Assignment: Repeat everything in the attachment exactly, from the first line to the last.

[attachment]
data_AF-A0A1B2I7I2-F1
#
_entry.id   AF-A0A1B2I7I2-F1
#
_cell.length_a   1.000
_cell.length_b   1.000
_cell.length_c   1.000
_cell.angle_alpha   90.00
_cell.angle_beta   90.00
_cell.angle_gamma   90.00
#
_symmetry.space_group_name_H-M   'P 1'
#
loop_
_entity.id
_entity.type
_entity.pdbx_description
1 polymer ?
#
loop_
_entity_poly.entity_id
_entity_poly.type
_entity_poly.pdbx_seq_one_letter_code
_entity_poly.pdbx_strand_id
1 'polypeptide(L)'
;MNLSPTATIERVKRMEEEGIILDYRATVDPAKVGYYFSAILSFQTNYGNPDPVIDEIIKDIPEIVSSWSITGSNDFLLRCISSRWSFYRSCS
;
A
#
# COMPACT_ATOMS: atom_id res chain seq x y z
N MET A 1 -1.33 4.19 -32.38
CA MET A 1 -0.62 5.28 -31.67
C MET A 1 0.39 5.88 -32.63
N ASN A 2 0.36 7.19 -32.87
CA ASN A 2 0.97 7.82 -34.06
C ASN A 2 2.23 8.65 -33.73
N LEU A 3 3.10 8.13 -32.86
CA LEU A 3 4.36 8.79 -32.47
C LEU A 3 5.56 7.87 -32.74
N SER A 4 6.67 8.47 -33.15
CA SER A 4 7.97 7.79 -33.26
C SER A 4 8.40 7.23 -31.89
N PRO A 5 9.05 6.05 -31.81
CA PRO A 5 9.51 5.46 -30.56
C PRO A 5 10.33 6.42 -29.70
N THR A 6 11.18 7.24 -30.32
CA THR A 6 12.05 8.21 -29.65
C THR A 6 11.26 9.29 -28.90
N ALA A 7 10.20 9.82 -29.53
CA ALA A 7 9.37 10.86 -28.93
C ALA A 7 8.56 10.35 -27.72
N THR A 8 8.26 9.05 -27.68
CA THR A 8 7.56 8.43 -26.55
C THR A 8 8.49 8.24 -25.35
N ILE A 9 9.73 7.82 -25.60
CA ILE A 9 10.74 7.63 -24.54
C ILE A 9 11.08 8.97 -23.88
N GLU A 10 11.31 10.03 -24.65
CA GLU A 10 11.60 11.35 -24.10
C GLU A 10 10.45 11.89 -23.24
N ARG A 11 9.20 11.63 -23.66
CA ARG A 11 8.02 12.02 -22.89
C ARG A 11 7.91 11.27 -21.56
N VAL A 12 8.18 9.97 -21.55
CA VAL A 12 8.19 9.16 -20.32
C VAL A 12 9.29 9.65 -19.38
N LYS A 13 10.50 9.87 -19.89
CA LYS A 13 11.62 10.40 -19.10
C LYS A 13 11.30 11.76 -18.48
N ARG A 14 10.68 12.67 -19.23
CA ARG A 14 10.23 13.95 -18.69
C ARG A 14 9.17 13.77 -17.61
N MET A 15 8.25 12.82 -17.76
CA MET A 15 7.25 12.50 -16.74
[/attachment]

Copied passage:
data_AF-A0A1B2I7I2-F1
#
_entry.id   AF-A0A1B2I7I2-F1
#
_cell.length_a   1.000
_cell.length_b   1.000
_cell.length_c   1.000
_cell.angle_alpha   90.00
_cell.angle_beta   90.00
_cell.angle_gamma   90.00
#
_symmetry.space_group_name_H-M   'P 1'
#
loop_
_entity.id
_entity.type
_entity.pdbx_description
1 polymer ?
#
loop_
_entity_poly.entity_id
_entity_poly.type
_entity_poly.pdbx_seq_one_letter_code
_entity_poly.pdbx_strand_id
1 'polypeptide(L)'
;MNLSPTATIERVKRMEEEGIILDYRATVDPAKVGYYFSAILSFQTNYGNPDPVIDEIIKDIPEIVSSWSITGSNDFLLRCISSRWSFYRSCS
;
A
#
# COMPACT_ATOMS: atom_id res chain seq x y z
N MET A 1 -1.33 4.19 -32.38
CA MET A 1 -0.62 5.28 -31.67
C MET A 1 0.39 5.88 -32.63
N ASN A 2 0.36 7.19 -32.87
CA ASN A 2 0.97 7.82 -34.06
C ASN A 2 2.23 8.65 -33.73
N LEU A 3 3.10 8.13 -32.86
CA LEU A 3 4.36 8.79 -32.47
C LEU A 3 5.56 7.87 -32.74
N SER A 4 6.67 8.47 -33.15
CA SER A 4 7.97 7.79 -33.26
C SER A 4 8.40 7.23 -31.89
N PRO A 5 9.05 6.05 -31.81
CA PRO A 5 9.51 5.46 -30.56
C PRO A 5 10.33 6.42 -29.70
N THR A 6 11.18 7.24 -30.32
CA THR A 6 12.05 8.21 -29.65
C THR A 6 11.26 9.29 -28.90
N ALA A 7 10.20 9.82 -29.53
CA ALA A 7 9.37 10.86 -28.93
C ALA A 7 8.56 10.35 -27.72
N THR A 8 8.26 9.05 -27.68
CA THR A 8 7.56 8.43 -26.55
C THR A 8 8.49 8.24 -25.35
N ILE A 9 9.73 7.82 -25.60
CA ILE A 9 10.74 7.63 -24.54
C ILE A 9 11.08 8.97 -23.88
N GLU A 10 11.31 10.03 -24.65
CA GLU A 10 11.60 11.35 -24.10
C GLU A 10 10.45 11.89 -23.24
N ARG A 11 9.20 11.63 -23.66
CA ARG A 11 8.02 12.02 -22.89
C ARG A 11 7.91 11.27 -21.56
N VAL A 12 8.18 9.97 -21.55
CA VAL A 12 8.19 9.16 -20.32
C VAL A 12 9.29 9.65 -19.38
N LYS A 13 10.50 9.87 -19.89
CA LYS A 13 11.62 10.40 -19.10
C LYS A 13 11.30 11.76 -18.48
N ARG A 14 10.68 12.67 -19.23
CA ARG A 14 10.23 13.95 -18.69
C ARG A 14 9.17 13.77 -17.61
N MET A 15 8.25 12.82 -17.76
CA MET A 15 7.25 12.50 -16.74